Ambulance workers staged a third national walkout in five weeks yesterday across England and Wales in their fight against the imposition of a 4 percent pay award for 2022-3 for National Health Service (NHS) workers.
The strikes by over 18,000 ambulance workers included paramedics, technicians, call handlers and control room staff in Unison, Unite and the GMB.
The third one-day stoppage involved 15,000 ambulance workers from Unison with strike action across five regions: Yorkshire, North West, North East, South West and London. They were joined by around 5,000 NHS staff at two hospital trusts in Liverpool. The action by Unite covered 2,600 ambulance workers in five regions, also including the North West and North East, together with the West Midlands, East Midlands and Wales. Action by the GMB covered around 1,000 ambulance workers in the West Midlands, with a further walkout today in the North West.
Derogations were again agreed to provide “life and limb” cover”, with category 1 calls covered to ensure emergency response for life threatening cases.
The Sunak Conservative government opposition to the demand for a cost-of-living pay increase has hardened. Ambulance workers were again accused of causing “disruption” to NHS services by Health Secretary Steve Barclay, who stated that the only pay talks proceeding concerned the upcoming financial year. This leaves the pay award for 2022-3 worth less than half the rate inflation.
Business Secretary Grant Shapps stated a fortnight ago that the action by ambulance workers was “putting lives at risk.” But public support remains on the side of the strikes, as it is widely recognised that the threat to patient safety comes from the crippling cuts to the NHS by the government now imposing a de facto pay cut on frontline staff.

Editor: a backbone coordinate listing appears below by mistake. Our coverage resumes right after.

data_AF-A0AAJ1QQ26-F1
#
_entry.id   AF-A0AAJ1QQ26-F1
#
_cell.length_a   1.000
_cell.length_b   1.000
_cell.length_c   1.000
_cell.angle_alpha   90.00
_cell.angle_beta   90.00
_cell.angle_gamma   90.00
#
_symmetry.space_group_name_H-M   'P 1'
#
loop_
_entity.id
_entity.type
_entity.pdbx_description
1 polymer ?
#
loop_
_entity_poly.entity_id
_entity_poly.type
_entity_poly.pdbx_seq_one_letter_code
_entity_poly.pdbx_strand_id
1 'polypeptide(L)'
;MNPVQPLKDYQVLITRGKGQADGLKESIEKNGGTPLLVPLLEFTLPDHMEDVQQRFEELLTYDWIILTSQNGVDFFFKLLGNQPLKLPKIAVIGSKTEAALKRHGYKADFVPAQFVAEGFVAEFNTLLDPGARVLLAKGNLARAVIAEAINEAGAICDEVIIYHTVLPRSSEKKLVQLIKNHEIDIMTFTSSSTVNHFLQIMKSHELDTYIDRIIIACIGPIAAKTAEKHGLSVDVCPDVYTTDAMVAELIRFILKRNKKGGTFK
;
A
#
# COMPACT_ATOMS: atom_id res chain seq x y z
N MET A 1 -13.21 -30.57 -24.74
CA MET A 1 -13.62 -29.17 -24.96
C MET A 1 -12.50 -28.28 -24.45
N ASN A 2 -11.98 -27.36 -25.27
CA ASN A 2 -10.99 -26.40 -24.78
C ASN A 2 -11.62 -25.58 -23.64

Armed forces personnel were deployed to break the strike by driving ambulances as they have since the start of the dispute on December 21. Their role is negligible from the standpoint of providing emergency cover. The main purpose is political, to normalise the use of the army to break industrial disputes of key workers as they have against passport officers in the airports during strikes at Christmas and are being lined up to do against firefighters. A strike ballot of over 30,000 members of the Fire Brigades Union (FBU) closes next Monday as another critical section of blue light workers have been handed down an insulting pay offer—in this case of 5 percent.
Shapps is tasked with overseeing the introduction of the Sunak governments’ anti-strike legislation through the Strikes (Minimum Service Levels) Bill to outlaw the type of action taken by ambulance workers and nurses. The fact that this has nothing to do with patient safety is underscored by the worst delays at A&E in December since records began, with up to 500 people dying every week due to delays in emergency treatment.
The GMB and Unite unions last week announced further strike dates, consisting of four and nine days respectively through to March 20 beginning February 6. The respective heads of both unions made references to the Tory government “demonising” ambulance workers but made no mention of the anti-strike legislation the smear campaign seeks to legitimise.
The Royal College of Nursing as well as the unions affiliated to the Trades Union Congress (TUC) —Unite, GMB and Unison—have conspired to ensure health workers will not even join the official TUC protest on February 1 against the Strikes Bill. This is the case even though hundreds of thousands of civil service workers, teachers and university lecturers are set to take part in a one-day stoppage.
The next one-day stoppage by ambulance workers in the GMB and Unite, on February 6, coincides with the first day of a two-day strike by the RCN, involving 40,000 nurses in England and Wales.